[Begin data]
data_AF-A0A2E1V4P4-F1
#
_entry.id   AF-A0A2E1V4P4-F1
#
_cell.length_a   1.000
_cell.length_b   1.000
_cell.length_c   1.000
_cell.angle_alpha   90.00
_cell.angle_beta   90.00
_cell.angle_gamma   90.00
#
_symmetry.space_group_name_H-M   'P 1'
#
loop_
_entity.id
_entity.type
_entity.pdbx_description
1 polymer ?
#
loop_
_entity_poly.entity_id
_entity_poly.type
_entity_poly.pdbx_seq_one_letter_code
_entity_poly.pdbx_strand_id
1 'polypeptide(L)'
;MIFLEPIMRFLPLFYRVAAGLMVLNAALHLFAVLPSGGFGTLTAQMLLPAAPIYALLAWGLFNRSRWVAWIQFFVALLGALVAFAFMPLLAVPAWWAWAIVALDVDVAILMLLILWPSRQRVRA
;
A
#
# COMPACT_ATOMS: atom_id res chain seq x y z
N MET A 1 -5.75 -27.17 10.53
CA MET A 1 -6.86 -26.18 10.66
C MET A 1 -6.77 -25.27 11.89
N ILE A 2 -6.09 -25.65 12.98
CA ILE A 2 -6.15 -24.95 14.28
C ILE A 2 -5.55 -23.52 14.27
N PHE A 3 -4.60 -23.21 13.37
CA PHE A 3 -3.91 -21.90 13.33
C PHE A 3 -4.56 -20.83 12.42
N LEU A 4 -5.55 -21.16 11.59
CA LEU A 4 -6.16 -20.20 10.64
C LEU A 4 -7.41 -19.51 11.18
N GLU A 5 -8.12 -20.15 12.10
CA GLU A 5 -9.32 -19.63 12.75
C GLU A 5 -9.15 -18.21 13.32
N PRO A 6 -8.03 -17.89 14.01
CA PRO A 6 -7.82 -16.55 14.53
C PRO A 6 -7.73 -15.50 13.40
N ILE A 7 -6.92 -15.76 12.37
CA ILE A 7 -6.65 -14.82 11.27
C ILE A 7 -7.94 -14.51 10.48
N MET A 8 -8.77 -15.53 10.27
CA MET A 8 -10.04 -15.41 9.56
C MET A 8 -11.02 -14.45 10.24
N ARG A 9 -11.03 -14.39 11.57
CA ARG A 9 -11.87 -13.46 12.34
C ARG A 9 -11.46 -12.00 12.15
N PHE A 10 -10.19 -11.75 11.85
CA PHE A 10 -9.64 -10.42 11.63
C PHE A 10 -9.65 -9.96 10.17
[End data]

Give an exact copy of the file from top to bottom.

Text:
data_AF-A0A2E1V4P4-F1
#
_entry.id   AF-A0A2E1V4P4-F1
#
_cell.length_a   1.000
_cell.length_b   1.000
_cell.length_c   1.000
_cell.angle_alpha   90.00
_cell.angle_beta   90.00
_cell.angle_gamma   90.00
#
_symmetry.space_group_name_H-M   'P 1'
#
loop_
_entity.id
_entity.type
_entity.pdbx_description
1 polymer ?
#
loop_
_entity_poly.entity_id
_entity_poly.type
_entity_poly.pdbx_seq_one_letter_code
_entity_poly.pdbx_strand_id
1 'polypeptide(L)'
;MIFLEPIMRFLPLFYRVAAGLMVLNAALHLFAVLPSGGFGTLTAQMLLPAAPIYALLAWGLFNRSRWVAWIQFFVALLGALVAFAFMPLLAVPAWWAWAIVALDVDVAILMLLILWPSRQRVRA
;
A
#
# COMPACT_ATOMS: atom_id res chain seq x y z
N MET A 1 -5.75 -27.17 10.53
CA MET A 1 -6.86 -26.18 10.66
C MET A 1 -6.77 -25.27 11.89
N ILE A 2 -6.09 -25.65 12.98
CA ILE A 2 -6.15 -24.95 14.28
C ILE A 2 -5.55 -23.52 14.27
N PHE A 3 -4.60 -23.21 13.37
CA PHE A 3 -3.91 -21.90 13.33
C PHE A 3 -4.56 -20.83 12.42
N LEU A 4 -5.55 -21.16 11.59
CA LEU A 4 -6.16 -20.20 10.64
C LEU A 4 -7.41 -19.51 11.18
N GLU A 5 -8.12 -20.15 12.10
CA GLU A 5 -9.32 -19.63 12.75
C GLU A 5 -9.15 -18.21 13.32
N PRO A 6 -8.03 -17.89 14.01
CA PRO A 6 -7.82 -16.55 14.53
C PRO A 6 -7.73 -15.50 13.40
N ILE A 7 -6.92 -15.76 12.37
CA ILE A 7 -6.65 -14.82 11.27
C ILE A 7 -7.94 -14.51 10.48
N MET A 8 -8.77 -15.53 10.27
CA MET A 8 -10.04 -15.41 9.56
C MET A 8 -11.02 -14.45 10.24
N ARG A 9 -11.03 -14.39 11.57
CA ARG A 9 -11.87 -13.46 12.34
C ARG A 9 -11.46 -12.00 12.15
N PHE A 10 -10.19 -11.75 11.85
CA PHE A 10 -9.64 -10.42 11.63
C PHE A 10 -9.65 -9.96 10.17